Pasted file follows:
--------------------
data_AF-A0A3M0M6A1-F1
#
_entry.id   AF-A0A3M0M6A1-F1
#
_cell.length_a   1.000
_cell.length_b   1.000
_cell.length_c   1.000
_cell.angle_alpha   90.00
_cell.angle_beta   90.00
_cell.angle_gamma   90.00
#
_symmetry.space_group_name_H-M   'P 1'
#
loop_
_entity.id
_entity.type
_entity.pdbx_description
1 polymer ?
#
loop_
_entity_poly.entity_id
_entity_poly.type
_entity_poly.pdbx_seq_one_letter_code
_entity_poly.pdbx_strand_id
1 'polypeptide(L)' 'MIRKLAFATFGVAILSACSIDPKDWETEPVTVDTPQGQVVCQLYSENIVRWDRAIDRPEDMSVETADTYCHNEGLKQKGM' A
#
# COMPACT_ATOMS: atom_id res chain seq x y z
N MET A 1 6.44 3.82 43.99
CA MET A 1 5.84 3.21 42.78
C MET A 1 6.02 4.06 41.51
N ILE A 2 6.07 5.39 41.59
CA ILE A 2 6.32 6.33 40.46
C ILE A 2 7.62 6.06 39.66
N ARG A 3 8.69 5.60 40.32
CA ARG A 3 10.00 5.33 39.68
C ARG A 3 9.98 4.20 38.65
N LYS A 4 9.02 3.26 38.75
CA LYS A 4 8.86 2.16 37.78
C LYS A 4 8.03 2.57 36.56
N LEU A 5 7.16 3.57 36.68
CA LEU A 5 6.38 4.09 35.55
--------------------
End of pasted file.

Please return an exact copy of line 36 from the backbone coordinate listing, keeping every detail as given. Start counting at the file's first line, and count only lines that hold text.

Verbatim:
C ARG A 3 9.98 4.20 38.65